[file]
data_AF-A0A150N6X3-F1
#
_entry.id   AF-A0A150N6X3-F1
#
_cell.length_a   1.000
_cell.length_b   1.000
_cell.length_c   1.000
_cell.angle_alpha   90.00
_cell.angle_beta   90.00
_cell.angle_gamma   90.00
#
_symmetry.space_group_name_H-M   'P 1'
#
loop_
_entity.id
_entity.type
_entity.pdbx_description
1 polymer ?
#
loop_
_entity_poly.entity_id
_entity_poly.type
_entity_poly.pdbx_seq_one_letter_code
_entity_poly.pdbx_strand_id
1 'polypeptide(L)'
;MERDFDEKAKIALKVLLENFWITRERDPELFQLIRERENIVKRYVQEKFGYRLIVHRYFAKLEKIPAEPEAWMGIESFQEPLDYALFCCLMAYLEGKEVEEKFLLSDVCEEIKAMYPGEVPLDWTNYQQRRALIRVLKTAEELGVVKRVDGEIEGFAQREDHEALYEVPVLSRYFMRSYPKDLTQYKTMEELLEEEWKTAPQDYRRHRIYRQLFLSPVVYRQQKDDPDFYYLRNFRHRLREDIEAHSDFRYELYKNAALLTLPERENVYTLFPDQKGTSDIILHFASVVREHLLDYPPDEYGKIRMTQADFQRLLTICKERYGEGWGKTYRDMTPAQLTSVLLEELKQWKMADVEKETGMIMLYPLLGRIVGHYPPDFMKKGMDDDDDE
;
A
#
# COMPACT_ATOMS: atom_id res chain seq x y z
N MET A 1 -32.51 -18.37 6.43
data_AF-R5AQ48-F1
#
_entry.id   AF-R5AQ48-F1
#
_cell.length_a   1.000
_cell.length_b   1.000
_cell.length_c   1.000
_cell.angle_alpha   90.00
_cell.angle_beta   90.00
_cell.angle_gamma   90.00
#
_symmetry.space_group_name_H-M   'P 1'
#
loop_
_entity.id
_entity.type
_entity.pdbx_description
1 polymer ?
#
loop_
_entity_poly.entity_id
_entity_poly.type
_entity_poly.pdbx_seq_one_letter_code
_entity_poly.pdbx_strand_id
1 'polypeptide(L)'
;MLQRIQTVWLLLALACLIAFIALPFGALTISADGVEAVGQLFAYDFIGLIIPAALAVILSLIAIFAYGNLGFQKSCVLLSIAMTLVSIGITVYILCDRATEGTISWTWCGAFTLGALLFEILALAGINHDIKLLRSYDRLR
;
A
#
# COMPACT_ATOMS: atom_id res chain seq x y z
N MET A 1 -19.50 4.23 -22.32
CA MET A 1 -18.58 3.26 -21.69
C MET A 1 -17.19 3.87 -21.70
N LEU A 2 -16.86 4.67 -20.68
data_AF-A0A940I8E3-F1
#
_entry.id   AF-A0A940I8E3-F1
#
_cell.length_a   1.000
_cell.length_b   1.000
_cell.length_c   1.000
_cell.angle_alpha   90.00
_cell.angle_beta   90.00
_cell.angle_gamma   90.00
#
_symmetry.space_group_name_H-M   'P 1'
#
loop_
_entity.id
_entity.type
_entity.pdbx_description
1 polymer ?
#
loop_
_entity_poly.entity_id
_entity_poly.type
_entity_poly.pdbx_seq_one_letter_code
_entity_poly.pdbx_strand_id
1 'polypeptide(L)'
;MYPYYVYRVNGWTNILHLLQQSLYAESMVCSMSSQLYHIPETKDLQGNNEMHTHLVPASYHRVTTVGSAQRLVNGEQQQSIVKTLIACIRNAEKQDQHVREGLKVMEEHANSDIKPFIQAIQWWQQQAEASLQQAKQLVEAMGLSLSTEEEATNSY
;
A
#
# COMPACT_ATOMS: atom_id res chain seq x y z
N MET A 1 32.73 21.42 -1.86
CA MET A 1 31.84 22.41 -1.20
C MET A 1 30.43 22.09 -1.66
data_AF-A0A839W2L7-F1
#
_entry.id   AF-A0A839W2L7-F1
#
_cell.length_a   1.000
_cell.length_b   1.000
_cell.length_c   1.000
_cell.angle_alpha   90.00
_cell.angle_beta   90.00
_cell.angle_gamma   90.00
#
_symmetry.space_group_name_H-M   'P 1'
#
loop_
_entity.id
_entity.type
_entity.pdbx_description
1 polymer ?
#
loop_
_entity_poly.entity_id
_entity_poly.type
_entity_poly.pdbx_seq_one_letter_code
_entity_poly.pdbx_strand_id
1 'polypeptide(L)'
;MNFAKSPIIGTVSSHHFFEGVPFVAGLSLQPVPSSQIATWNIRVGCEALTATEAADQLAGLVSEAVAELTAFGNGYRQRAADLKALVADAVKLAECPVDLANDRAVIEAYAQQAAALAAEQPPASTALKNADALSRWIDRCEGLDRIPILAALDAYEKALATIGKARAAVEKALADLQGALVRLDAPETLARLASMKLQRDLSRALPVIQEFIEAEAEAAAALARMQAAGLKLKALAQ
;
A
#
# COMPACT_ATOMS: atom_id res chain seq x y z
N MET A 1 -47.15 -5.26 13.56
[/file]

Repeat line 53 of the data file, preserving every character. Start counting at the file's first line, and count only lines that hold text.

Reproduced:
_entity_poly.type